Eagle Mountain pumped-storage hydropower plant integral for California, GEI Consultants says

With pumped-storage hydroelectric power being a key topic of national interest, the HydroVision International 2014 Conference and Exhibition gave decision makers an opportunity to interact with companies developing projects with an increasingly prominent role in America’s grid system.

Amongst these projects is the 1,300-MW Eagle Mountain hydropower plant, which was licensed by the Federal Energy Regulatory Commission in June.

The project will use an inactive iron mine in Riverside County, Calif., with a head of 1,400 feet between two reservoirs created from abandoned mining pits.

Developing partner GEI Consultants Inc. provided an update on the project at HydroVision International, saying that Eagle Mountain will be an “integral component of California’s renewable energy policies, and its goals for reduction of greenhouse gas emissions.”

FERC’s licensing order licenses the project as proposed by the Eagle Crest Energy Company with some staff modifications and additional measures, primarily to mitigate environmental effects. The primary environmental issues associated with the project are effects of its construction and operation on groundwater, water quality, and terrestrial species, including several sensitive bat species, the desert bighorn sheep, and the threatened desert tortoise.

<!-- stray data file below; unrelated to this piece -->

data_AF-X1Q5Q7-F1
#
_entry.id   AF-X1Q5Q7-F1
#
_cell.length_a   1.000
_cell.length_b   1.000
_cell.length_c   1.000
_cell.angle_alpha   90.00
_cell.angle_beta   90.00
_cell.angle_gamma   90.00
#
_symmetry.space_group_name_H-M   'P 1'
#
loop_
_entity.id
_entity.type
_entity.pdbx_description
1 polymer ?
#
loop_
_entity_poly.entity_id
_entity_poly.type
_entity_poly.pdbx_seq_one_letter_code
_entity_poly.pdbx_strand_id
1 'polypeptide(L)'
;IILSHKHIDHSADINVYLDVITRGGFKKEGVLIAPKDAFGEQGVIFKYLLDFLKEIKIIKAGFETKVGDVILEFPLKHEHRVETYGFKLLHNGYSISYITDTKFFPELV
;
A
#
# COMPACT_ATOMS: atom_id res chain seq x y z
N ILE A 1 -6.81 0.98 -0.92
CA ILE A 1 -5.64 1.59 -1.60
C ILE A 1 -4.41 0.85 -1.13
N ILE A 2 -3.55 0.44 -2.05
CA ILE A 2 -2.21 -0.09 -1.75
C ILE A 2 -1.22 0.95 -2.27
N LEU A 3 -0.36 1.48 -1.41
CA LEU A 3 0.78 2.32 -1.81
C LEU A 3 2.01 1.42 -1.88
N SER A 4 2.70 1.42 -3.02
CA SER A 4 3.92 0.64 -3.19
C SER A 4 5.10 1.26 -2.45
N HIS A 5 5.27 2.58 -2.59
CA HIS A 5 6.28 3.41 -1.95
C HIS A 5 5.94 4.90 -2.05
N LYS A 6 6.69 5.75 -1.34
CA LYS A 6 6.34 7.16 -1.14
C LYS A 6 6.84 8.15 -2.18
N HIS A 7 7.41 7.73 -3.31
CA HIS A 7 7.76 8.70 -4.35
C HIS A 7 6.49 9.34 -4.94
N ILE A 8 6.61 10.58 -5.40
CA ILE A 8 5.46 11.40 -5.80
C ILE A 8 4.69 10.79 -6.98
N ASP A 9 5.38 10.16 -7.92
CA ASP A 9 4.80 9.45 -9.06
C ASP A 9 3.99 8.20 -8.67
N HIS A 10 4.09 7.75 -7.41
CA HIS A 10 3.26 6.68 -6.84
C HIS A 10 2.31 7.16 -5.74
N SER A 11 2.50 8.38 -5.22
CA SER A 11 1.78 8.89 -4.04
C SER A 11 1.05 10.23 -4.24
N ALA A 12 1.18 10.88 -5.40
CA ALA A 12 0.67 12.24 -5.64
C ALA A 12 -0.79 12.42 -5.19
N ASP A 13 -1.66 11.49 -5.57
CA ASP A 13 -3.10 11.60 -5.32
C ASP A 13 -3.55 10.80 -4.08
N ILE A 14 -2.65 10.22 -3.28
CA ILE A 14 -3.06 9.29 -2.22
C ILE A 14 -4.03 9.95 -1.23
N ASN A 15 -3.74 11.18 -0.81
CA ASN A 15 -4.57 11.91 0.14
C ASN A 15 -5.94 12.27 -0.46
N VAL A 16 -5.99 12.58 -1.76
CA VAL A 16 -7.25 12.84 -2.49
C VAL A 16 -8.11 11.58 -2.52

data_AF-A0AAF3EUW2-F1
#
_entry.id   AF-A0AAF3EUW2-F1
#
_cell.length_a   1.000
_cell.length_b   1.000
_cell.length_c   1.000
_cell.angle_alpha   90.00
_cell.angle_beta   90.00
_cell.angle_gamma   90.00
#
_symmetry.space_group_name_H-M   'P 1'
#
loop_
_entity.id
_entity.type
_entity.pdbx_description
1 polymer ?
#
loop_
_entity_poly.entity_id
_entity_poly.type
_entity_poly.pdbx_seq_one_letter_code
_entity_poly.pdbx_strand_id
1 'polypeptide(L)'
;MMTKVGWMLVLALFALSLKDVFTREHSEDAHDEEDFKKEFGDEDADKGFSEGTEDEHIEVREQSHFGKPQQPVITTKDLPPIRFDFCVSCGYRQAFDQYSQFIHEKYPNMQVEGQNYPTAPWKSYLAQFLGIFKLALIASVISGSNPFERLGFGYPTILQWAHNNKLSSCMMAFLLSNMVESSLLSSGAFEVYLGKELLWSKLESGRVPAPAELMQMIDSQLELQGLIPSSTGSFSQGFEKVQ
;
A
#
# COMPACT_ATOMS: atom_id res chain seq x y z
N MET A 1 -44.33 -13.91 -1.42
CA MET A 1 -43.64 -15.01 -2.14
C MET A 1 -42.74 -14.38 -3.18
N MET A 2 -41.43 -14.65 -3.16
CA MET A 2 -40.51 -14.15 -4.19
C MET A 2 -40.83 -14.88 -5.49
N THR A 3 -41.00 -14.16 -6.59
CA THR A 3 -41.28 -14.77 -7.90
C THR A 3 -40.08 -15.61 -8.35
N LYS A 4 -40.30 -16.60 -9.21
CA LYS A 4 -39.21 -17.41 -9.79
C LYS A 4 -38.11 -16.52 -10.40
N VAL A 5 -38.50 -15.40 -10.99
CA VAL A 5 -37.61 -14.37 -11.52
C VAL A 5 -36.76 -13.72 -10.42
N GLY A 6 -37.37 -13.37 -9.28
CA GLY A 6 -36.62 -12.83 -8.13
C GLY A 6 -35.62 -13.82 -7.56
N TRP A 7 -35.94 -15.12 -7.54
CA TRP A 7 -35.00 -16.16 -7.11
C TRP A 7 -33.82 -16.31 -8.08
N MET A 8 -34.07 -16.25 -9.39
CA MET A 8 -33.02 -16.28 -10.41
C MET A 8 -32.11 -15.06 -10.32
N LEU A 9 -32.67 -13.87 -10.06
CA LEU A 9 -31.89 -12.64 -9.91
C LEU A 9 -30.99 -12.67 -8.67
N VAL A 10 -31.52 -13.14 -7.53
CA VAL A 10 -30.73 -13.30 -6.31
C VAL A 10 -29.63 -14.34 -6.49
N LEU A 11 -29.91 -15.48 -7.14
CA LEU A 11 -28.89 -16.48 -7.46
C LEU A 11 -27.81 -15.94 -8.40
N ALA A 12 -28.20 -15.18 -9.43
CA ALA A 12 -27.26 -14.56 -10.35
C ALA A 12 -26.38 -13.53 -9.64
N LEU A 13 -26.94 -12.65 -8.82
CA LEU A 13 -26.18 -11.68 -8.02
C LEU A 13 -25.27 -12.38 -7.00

The project includes construction of two saddle dams and liners for the proposed reservoirs. Groundwater is to be pumped from a series of proposed wells in the Chuckwalla Basin to fill the reservoirs and replace water lost to evaporation. A reverse osmosis system is to be installed to remove salts and metals from the reservoirs to help maintain water quality of the reservoirs and counteract degradation associated with evaporation.

“[Eagle Mountain] will play a major role in satisfying peak energy demands, integration of renewable resources located in the California desert, and management of the regional transmission grid so that on-demand reliable energy can be delivered throughout southern California,” GEI Consultants said.

FERC staff issued a final environmental impact statement in 2012 recommending issuance of a license to Eagle Crest Energy Co. for the project (No. 13123). California issued state water quality certification under Clean Water Act Section 401 last year, paving the way for FERC licensing.

Once complete, the project will be the 15th largest pumped-storage facility in the world and the 5th largest in the United States.

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Michael Harris formerly was Editor for HydroWorld.com.

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